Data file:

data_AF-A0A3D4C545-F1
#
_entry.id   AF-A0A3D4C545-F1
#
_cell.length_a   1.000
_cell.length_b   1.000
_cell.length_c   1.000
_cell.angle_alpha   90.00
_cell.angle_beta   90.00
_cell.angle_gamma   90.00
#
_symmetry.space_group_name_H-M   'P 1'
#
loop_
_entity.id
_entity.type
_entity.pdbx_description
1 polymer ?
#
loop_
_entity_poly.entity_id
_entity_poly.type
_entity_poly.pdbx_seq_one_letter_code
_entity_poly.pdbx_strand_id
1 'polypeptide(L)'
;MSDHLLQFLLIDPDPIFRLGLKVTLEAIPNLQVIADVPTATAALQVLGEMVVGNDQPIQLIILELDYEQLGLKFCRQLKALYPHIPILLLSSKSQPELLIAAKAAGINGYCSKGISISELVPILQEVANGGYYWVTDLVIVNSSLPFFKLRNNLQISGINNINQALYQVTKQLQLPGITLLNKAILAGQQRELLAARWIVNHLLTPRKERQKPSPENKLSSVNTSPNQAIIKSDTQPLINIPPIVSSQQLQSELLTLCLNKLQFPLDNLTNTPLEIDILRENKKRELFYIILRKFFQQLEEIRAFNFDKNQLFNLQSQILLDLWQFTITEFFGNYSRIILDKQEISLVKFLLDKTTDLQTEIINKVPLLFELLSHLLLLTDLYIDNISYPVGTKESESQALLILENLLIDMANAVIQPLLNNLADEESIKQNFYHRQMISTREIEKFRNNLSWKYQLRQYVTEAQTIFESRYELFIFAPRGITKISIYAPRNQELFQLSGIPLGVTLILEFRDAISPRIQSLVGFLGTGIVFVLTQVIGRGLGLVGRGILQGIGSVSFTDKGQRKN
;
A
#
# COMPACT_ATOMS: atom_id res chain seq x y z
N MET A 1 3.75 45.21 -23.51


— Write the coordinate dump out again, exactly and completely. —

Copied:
data_AF-A0A3D4C545-F1
#
_entry.id   AF-A0A3D4C545-F1
#
_cell.length_a   1.000
_cell.length_b   1.000
_cell.length_c   1.000
_cell.angle_alpha   90.00
_cell.angle_beta   90.00
_cell.angle_gamma   90.00
#
_symmetry.space_group_name_H-M   'P 1'
#
loop_
_entity.id
_entity.type
_entity.pdbx_description
1 polymer ?
#
loop_
_entity_poly.entity_id
_entity_poly.type
_entity_poly.pdbx_seq_one_letter_code
_entity_poly.pdbx_strand_id
1 'polypeptide(L)'
;MSDHLLQFLLIDPDPIFRLGLKVTLEAIPNLQVIADVPTATAALQVLGEMVVGNDQPIQLIILELDYEQLGLKFCRQLKALYPHIPILLLSSKSQPELLIAAKAAGINGYCSKGISISELVPILQEVANGGYYWVTDLVIVNSSLPFFKLRNNLQISGINNINQALYQVTKQLQLPGITLLNKAILAGQQRELLAARWIVNHLLTPRKERQKPSPENKLSSVNTSPNQAIIKSDTQPLINIPPIVSSQQLQSELLTLCLNKLQFPLDNLTNTPLEIDILRENKKRELFYIILRKFFQQLEEIRAFNFDKNQLFNLQSQILLDLWQFTITEFFGNYSRIILDKQEISLVKFLLDKTTDLQTEIINKVPLLFELLSHLLLLTDLYIDNISYPVGTKESESQALLILENLLIDMANAVIQPLLNNLADEESIKQNFYHRQMISTREIEKFRNNLSWKYQLRQYVTEAQTIFESRYELFIFAPRGITKISIYAPRNQELFQLSGIPLGVTLILEFRDAISPRIQSLVGFLGTGIVFVLTQVIGRGLGLVGRGILQGIGSVSFTDKGQRKN
;
A
#
# COMPACT_ATOMS: atom_id res chain seq x y z
N MET A 1 3.75 45.21 -23.51